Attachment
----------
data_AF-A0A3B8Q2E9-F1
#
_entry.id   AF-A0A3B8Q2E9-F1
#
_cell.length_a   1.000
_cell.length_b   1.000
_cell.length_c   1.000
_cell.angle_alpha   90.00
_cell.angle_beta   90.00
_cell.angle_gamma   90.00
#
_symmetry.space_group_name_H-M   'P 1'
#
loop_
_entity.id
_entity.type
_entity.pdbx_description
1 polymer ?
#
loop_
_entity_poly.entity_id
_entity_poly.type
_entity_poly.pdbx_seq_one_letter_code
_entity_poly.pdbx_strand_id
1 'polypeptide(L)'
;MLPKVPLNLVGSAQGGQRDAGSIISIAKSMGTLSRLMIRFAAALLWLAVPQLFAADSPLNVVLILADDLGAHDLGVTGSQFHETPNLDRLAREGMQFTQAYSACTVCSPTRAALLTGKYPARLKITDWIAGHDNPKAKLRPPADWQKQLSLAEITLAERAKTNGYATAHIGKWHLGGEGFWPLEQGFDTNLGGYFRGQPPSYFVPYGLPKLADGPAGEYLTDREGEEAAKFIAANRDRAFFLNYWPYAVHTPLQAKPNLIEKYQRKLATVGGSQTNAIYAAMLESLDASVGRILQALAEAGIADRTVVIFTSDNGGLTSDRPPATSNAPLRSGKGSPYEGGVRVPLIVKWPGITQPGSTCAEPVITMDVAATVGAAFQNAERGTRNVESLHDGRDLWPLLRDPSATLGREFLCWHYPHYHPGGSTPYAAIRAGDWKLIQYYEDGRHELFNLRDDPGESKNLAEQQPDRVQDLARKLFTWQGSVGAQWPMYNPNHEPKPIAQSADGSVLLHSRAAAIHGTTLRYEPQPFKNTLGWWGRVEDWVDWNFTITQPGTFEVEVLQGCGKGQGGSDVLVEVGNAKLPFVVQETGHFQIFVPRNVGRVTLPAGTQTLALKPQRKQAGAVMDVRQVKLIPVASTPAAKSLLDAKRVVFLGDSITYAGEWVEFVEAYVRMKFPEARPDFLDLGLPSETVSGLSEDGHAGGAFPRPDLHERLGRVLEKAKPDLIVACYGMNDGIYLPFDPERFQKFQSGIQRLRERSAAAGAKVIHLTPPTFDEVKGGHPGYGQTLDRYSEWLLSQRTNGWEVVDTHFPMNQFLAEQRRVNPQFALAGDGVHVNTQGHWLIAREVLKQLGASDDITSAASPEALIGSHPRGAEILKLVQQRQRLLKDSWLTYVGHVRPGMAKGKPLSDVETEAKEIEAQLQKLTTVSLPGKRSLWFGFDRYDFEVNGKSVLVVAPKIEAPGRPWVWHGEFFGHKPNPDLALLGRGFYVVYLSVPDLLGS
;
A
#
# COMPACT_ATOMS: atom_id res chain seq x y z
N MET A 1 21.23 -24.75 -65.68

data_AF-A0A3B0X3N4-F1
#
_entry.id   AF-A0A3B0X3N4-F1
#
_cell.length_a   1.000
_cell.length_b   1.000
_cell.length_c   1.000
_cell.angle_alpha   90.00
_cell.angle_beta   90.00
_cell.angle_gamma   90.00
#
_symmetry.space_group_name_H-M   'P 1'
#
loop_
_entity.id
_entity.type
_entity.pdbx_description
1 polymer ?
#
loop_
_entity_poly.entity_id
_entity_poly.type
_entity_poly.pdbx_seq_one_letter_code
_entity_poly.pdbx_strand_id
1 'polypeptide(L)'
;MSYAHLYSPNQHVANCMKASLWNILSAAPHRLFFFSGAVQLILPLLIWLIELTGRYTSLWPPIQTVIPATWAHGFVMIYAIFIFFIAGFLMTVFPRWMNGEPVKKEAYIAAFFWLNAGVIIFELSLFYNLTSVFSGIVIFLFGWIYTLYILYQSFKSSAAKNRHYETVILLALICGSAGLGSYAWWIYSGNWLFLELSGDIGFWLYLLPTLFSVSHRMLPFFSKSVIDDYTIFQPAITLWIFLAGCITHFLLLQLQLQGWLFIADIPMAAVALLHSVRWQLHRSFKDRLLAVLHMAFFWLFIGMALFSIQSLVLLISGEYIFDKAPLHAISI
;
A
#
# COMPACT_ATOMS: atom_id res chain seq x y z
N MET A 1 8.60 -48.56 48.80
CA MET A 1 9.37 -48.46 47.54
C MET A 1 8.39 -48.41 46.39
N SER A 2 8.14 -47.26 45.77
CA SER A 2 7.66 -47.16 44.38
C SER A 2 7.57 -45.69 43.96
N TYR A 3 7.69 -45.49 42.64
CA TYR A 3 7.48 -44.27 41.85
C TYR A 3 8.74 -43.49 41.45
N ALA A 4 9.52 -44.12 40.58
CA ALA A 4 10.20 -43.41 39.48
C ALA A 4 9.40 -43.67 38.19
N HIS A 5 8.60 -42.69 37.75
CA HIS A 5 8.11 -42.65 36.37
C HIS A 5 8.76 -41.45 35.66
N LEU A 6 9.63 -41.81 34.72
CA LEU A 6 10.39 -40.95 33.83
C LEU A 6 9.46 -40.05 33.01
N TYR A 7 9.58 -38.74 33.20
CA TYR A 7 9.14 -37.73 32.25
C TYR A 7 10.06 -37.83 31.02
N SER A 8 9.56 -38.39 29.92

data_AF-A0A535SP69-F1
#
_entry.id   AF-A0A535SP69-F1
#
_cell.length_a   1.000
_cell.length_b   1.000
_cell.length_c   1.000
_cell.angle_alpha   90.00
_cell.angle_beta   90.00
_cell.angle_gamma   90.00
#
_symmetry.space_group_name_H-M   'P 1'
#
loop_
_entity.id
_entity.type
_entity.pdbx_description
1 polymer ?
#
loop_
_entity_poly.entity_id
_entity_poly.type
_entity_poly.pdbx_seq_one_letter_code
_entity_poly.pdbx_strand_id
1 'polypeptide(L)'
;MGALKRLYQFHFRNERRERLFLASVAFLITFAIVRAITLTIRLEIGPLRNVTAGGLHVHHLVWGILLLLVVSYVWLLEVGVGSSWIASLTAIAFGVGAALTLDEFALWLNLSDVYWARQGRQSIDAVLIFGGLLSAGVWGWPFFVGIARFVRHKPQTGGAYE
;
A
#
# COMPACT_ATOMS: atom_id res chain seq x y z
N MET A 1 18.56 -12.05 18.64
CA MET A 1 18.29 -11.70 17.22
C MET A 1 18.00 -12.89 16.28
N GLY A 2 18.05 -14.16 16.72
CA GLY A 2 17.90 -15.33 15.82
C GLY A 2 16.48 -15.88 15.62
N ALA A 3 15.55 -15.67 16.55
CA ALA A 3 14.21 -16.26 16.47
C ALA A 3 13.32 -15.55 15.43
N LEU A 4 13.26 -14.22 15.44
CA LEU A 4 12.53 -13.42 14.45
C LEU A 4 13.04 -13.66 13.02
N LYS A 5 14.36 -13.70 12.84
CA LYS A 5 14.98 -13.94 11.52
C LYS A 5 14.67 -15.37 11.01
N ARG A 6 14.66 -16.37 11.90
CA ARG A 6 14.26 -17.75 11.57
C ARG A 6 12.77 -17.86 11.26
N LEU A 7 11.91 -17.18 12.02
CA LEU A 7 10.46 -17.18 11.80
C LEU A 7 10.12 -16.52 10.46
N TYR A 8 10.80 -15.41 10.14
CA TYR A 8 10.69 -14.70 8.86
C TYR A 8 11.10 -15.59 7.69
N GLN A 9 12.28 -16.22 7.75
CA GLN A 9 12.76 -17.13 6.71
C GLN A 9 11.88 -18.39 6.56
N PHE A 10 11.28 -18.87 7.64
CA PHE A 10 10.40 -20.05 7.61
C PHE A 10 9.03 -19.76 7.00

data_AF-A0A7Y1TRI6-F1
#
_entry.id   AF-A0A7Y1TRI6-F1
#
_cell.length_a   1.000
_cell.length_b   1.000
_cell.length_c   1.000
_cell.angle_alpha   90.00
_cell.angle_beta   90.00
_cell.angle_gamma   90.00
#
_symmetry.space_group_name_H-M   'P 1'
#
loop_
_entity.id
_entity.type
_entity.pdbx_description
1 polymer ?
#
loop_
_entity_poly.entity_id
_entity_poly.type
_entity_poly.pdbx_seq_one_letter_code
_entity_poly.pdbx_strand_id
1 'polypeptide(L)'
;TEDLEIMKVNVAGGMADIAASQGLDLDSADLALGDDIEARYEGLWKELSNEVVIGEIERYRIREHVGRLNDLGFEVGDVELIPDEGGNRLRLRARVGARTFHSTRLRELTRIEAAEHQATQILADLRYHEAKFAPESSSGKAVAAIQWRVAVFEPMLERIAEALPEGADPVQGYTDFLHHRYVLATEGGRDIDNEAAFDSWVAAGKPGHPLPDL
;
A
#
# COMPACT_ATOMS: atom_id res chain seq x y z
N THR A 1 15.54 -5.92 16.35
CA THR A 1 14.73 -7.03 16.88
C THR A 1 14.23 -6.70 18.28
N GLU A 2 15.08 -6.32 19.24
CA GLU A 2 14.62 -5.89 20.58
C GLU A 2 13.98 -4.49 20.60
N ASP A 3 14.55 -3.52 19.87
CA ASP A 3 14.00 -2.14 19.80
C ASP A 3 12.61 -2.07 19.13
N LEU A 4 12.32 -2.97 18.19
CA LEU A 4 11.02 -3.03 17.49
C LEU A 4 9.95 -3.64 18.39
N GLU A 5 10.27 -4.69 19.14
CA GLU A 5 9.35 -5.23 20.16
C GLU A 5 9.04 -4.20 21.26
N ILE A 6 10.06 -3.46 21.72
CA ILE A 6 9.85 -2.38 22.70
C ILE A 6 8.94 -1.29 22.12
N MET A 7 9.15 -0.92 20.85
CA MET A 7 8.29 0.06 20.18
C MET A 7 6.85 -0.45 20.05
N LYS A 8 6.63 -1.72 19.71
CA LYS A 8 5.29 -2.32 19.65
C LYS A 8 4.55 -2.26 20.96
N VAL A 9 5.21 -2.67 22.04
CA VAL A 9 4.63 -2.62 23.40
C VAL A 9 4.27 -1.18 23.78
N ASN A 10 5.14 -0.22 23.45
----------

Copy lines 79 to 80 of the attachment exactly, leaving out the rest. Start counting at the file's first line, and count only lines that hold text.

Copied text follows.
C LEU A 6 9.46 -40.05 33.01
N TYR A 7 9.58 -38.74 33.20